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Thread: "Control"

  1. #16
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    "the black and white cinematography, the grim oop north kitchen sink drama aspects to the story of young lovers getting stuck in marriage, mortgage and a good job in the civil service vs. a more glamourous exciting existence they dream about, the way that late 70's MCR is still stuck in the 50s-60s in many ways before the Thatcher-yuppie years and urban renewal would change it - the pram outside the Victorian industrial red-bricked terrace in the cobbled street, nappies hang-drying in the kitchen, etc... non?"
    Maybe, I mean on paper when you list the similarities I see what you're saying but it certainly didn't remind me of them when watching it or make the same type of impression. I think that mainly because although it was in black and white it was a very different looking black and white - seemed much more sumptuous and expensive looking to me.

  2. #17
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    Its worth seeing, there were only 6 other people in the audience in Surrey Quays on its opening Saturday night same amount as there were to see David Cronenberg 'eXistenZ'.
    I thought it was going to be far worse than it actually was. It seemed to capture the era with some excellent support acting plus a classic portrayal of Tony Wilson and great black and white moody shots.
    The storyline though was made into a bit of a soap opera reminding me of the doors film at times plus the actor who playing Ian, Sam Reily, some of his singing reminded me of the Jim Morrison too much rather than Ian Curtis. A typical misunderstood artist and long suffering wife narrative. It was very clichéd at times but there was a real bleakness to it and humour at times.

    I never saw them live being far too young; if I had I probably would have a different viewpoint on it and hate it. I am sure there are equal measures of artistic license and truths in this production. Apparently the band have fallen out over it. The film is based on Ians life based on his wifes book and experiences supposedly its not a film about Joy Divison per say, which doesn’t seem to be the case really as the band are really pivotal to his life and this film story.

    7/10

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  3. #18
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    Default i wonder,

    for someone who isnt particularly interested in the music, is this still worth seeing?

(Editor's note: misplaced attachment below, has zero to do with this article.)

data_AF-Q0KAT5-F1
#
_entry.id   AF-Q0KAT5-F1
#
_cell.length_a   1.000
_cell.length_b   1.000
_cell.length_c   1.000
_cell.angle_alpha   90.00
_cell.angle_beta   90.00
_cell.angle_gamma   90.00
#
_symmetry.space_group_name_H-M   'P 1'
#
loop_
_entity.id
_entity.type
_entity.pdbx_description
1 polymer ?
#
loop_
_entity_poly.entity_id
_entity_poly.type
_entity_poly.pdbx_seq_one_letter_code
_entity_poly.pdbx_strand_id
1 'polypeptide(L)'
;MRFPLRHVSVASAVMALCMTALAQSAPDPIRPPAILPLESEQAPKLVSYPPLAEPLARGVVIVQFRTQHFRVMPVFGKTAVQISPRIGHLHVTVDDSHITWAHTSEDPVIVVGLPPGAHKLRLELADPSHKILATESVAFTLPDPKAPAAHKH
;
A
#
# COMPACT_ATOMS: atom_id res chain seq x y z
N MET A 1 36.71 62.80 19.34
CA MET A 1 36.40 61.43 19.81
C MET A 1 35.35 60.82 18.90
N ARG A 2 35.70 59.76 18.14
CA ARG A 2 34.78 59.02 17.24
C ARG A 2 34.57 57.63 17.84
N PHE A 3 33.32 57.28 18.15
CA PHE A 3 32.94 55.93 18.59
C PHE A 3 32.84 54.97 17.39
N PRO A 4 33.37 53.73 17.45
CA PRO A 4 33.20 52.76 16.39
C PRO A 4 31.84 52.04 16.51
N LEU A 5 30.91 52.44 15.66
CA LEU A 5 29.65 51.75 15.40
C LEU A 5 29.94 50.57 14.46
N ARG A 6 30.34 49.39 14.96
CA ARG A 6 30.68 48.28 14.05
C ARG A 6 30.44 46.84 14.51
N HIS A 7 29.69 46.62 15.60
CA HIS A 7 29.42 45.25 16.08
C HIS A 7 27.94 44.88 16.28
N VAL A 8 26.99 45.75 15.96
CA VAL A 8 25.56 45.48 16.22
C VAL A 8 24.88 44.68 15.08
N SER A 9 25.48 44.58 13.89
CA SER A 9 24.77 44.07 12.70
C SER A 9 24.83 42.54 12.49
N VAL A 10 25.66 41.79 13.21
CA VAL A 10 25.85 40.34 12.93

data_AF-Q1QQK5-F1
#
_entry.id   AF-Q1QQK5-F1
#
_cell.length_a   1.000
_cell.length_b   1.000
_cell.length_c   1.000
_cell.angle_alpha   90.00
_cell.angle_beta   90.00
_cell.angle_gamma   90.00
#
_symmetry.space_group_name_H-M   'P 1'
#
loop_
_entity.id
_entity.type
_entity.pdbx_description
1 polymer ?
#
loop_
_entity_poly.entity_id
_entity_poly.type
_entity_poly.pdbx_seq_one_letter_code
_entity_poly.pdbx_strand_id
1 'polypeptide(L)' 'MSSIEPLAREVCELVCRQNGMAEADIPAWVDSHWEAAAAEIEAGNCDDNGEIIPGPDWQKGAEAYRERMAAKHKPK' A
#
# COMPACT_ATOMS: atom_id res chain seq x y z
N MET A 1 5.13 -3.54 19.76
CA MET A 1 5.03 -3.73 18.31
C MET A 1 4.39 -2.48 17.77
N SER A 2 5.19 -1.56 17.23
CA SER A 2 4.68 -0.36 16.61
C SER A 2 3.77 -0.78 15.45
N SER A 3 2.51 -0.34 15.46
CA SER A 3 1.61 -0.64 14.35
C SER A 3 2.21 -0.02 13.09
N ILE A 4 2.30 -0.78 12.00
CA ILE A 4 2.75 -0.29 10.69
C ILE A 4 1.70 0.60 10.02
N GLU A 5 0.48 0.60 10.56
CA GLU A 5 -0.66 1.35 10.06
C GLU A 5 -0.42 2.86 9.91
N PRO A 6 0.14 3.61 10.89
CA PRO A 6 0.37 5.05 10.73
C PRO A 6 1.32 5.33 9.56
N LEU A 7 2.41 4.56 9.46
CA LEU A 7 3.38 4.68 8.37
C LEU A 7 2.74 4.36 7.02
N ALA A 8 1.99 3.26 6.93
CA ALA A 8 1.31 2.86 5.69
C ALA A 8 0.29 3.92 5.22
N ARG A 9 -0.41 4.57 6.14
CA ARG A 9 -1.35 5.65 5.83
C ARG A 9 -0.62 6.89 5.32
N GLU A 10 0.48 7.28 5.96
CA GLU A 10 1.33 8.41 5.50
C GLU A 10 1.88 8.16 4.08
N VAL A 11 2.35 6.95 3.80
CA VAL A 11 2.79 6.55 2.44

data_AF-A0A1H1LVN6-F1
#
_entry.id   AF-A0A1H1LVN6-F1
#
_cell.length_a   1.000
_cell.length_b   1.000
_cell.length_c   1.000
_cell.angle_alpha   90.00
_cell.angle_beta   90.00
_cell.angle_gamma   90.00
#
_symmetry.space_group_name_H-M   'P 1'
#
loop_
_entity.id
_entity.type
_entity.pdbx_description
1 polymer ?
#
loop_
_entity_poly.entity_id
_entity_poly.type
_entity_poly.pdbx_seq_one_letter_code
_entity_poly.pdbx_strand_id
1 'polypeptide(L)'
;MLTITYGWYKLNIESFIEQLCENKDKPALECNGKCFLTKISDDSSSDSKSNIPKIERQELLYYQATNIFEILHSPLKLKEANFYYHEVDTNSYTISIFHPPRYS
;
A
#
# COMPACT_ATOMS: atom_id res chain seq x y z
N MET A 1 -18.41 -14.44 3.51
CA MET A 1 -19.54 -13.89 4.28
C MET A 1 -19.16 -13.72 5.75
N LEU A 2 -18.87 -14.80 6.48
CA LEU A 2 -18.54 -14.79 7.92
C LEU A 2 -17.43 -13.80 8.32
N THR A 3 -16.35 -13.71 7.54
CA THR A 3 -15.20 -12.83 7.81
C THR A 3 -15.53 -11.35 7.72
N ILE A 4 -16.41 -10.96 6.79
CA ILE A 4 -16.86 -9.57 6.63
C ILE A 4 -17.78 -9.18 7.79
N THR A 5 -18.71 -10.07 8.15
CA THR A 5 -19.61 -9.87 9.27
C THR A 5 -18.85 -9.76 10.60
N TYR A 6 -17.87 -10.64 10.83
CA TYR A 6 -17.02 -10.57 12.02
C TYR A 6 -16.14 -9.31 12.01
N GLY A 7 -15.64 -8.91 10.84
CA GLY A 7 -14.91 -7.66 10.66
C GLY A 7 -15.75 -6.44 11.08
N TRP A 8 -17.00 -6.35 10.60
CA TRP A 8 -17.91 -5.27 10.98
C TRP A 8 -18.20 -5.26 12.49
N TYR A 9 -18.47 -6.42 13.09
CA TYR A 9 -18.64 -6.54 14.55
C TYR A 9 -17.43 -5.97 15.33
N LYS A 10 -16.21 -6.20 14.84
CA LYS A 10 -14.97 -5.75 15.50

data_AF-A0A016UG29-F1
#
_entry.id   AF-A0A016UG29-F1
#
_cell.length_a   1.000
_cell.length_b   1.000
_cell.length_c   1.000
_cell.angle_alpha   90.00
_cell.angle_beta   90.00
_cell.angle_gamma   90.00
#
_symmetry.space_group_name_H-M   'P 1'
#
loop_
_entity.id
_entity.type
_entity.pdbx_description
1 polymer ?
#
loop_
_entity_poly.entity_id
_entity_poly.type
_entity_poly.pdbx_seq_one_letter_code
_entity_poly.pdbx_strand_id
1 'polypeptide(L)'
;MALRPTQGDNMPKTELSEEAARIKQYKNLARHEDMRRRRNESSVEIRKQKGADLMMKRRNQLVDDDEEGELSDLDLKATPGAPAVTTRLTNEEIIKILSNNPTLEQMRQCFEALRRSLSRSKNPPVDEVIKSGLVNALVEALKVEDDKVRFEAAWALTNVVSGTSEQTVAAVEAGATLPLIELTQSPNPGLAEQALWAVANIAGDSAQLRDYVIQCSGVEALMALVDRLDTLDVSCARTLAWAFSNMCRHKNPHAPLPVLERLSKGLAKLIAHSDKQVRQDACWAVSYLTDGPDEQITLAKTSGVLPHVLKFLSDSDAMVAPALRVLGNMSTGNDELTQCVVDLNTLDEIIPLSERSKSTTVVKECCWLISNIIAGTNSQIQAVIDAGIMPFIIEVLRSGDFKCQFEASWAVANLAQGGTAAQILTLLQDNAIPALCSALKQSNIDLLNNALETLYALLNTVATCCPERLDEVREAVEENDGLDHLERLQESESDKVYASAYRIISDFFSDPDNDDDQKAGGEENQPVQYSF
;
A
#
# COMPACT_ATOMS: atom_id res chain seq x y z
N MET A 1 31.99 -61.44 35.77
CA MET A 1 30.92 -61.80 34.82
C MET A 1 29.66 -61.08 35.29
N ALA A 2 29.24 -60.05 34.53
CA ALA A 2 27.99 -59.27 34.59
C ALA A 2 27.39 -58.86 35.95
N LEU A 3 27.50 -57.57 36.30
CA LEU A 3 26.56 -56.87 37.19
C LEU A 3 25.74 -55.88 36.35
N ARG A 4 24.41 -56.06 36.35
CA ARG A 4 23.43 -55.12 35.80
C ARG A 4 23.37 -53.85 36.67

4. #19
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    Quote Originally Posted by bnek View Post
    for someone who isnt particularly interested in the music, is this still worth seeing?
    Of course. Just take a portable nano radio and listen to the sport on 5 Live. Simple.

  5. #20
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    Equally untempted by this. It all seems like a classically de-intensifying piece of biography, everything naturalised and pop psychologised into conventionality (both in terms of explanation and fitting joy div into a ludicrously straightforward canonic "tragic rock" slot)... Joy Division taken out of relation to politics, post punk, and modernism, and to Peter Saville's art design and Martin Hannet's production techniques are entirely meaningless to me, it fails to capture that inhuman aura of purest grimmest EVIL which I felt from their music, moreso than any black metal or whatever, that unearthly sense of coldness, of the entire political situation of the time expressed in sound... that darkly compelling sense that is impossible to put into words (but which has nothing to do with suicide- check Nirvana for how lame that particular myth really is) or even sadness or melancholy, but rather some portal into the electrical inner-life, all chill neural fire and shattered glass, and in all of it a kind of heroism of youth, within the grip of mortality, an electrifying dialectic of fleshy heat and ice-pick cold. To place all of that on the shoulders of an individual is romantic tosh-- its as embodiment of something broader that Joy Division are important, how a mere confluence of contingencies can give rise to all this would be far more interesting to explore.